B.C. cuts film tax credits—and filmmakers say that’s OK

Tax breaks to industry to fall by five per cent 

Three years ago, Save B.C. Film spokesperson Wayne Bennett said that only a hike in tax credits could save Hollywood North. Yet on Monday, the provincial government announced that it will do the opposite: in October, the basic tax credit rate will decrease from 33 per cent to 28 per cent, and the digital animation or visual effects (DAVE) tax credit rate will drop from 17.5 per cent to 16 per cent.

And that’s OK with the B.C. film industry, which is grateful the province established an industry-government working group to get the industry’s perspective. “We never thought there was a risk of the tax credits disappearing,” says Peter Leitch, chair of the Motion Picture Production Industry Association of B.C. “It was just making sure that we could work together to come up with a solution that worked for both sides.”

If rates had remained unchanged, the province estimates the subsidy would have cost nearly $500 million in forgone revenue this fiscal year, an increase of an average $313 million over the past three years and $182 million over the five years before 2012-13—presumably because revenue rose proportionately.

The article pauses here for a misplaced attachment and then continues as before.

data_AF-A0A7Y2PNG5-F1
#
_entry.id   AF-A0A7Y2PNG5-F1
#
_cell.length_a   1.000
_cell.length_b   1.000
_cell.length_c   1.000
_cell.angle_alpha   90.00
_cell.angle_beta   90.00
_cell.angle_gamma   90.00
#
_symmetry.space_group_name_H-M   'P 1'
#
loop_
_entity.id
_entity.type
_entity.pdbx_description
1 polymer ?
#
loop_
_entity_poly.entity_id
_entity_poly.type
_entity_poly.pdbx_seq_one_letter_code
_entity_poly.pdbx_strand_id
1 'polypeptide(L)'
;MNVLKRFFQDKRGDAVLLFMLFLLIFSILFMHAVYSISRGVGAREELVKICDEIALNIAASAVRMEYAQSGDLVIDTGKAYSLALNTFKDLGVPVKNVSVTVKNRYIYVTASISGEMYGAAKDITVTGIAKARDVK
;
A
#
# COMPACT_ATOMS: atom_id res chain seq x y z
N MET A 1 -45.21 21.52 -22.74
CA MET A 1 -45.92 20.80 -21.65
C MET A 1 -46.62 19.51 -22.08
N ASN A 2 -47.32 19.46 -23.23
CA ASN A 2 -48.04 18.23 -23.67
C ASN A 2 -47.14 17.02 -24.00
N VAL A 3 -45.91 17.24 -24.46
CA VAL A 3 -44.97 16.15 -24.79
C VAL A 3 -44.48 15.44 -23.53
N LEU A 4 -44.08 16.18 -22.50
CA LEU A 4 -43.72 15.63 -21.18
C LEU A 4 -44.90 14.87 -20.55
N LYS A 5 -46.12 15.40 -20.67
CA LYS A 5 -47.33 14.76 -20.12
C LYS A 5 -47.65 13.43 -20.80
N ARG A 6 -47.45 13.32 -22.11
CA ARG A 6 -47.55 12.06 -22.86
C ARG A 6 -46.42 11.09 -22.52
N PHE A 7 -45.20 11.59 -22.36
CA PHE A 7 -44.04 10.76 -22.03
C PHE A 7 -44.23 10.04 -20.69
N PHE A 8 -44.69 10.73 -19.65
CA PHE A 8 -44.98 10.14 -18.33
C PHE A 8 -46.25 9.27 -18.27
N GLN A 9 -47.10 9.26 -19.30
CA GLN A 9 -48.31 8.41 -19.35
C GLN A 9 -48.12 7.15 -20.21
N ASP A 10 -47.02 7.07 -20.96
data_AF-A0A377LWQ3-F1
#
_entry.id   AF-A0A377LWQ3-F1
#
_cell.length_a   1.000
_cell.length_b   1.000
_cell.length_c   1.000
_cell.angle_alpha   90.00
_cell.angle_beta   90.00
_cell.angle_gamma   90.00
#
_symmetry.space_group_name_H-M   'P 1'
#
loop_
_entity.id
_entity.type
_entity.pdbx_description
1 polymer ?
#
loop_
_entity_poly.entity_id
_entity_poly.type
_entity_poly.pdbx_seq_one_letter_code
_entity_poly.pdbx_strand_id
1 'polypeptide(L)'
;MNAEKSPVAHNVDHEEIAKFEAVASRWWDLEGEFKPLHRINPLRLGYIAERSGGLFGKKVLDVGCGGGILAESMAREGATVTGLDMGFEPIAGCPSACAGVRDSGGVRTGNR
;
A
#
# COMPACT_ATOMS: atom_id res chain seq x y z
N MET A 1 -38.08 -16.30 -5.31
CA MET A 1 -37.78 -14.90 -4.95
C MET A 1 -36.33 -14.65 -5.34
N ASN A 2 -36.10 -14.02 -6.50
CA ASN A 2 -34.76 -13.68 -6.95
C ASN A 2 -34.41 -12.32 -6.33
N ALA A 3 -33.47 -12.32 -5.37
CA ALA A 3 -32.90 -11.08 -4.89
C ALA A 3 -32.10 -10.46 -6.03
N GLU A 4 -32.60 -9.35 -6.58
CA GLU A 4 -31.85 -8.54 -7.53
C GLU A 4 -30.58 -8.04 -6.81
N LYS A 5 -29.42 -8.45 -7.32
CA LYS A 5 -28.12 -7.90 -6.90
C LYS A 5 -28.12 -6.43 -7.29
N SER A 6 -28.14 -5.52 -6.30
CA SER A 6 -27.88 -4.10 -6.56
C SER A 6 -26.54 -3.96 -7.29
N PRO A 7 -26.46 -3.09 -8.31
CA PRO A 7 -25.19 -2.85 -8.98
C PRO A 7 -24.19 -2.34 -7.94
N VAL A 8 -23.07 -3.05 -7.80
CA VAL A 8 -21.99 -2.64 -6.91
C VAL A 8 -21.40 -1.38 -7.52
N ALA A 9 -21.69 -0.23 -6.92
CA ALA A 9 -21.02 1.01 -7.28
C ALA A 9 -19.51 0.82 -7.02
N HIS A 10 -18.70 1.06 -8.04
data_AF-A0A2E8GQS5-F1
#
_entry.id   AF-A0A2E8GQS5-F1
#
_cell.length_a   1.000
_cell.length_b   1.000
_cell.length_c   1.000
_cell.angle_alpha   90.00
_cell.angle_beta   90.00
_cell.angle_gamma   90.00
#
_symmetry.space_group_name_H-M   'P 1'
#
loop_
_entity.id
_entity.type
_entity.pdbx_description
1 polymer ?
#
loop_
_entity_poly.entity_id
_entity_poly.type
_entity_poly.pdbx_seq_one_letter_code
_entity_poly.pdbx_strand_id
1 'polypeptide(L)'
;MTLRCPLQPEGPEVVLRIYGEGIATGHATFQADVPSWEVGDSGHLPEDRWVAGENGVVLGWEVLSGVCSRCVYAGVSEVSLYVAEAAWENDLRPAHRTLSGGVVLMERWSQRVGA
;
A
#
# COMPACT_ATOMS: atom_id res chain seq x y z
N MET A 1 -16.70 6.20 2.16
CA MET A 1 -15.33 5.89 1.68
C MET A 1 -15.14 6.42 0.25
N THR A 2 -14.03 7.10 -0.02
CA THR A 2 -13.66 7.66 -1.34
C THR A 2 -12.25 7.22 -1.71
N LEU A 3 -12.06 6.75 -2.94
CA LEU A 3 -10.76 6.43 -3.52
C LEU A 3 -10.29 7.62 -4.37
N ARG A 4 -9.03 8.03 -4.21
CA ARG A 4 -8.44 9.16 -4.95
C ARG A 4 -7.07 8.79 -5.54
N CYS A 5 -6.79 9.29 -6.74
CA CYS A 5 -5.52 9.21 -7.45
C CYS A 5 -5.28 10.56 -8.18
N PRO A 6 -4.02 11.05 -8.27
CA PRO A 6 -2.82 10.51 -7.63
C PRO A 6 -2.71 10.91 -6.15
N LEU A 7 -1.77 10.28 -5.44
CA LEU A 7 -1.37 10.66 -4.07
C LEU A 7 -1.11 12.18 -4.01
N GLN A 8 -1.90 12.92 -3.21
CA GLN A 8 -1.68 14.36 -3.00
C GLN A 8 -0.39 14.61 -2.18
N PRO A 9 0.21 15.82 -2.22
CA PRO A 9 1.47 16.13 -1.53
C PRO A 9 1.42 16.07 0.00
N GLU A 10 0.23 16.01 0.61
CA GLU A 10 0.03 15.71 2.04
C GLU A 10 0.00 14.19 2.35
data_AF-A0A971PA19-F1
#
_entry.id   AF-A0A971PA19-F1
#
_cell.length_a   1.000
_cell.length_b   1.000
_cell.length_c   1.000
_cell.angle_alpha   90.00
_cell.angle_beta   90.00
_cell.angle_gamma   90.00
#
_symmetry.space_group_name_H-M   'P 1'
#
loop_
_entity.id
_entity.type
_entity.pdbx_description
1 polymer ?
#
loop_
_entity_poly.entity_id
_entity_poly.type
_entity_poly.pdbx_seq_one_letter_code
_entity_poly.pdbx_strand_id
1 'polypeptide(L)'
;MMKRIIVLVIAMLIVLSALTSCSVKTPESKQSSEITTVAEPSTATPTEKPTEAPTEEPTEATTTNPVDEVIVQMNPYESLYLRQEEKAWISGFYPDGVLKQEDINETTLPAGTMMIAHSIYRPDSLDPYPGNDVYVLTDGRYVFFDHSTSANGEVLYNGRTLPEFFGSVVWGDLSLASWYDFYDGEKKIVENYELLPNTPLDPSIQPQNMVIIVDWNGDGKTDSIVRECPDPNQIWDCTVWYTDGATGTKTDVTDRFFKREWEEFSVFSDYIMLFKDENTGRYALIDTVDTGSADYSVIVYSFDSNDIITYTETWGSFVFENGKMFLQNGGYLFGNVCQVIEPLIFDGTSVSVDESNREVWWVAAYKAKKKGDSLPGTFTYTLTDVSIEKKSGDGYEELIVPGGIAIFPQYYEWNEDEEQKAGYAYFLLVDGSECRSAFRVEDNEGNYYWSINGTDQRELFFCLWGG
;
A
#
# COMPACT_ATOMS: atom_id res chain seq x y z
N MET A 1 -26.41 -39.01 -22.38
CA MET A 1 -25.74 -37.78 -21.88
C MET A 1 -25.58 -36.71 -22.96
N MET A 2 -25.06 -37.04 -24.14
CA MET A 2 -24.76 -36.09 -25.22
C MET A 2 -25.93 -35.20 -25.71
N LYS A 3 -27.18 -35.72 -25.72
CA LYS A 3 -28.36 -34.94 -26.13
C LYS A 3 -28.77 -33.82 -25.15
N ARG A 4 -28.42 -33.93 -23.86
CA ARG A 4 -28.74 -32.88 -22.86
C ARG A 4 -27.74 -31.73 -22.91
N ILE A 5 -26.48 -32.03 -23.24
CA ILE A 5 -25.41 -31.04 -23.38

“When the tax credits are increasing, in some ways that’s pretty good news in that that means they’re succeeding and the industry’s doing well and we’re employing a lot more people,” says Leitch. “So that certainly does help offset the cost of the credits, and we’re proud of the size of the industry that we’ve built and that we’re one of the leaders around the world in terms of content production.”

Between 2012-13 and 2014-15, industry spending on foreign and domestic productions that qualifies for the production services tax credit increased more than 50 per cent to $2 billion, according to a government release. Foreign film and television productions make up about 80 per cent of all production spending in B.C., and the government attributes the strong U.S. dollar to helping attract foreign filmmakers to the province.

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Businesses in B.C. pay some of the highest provincial taxes while residents’ taxes are among the lowest. (Conference Board of Canada)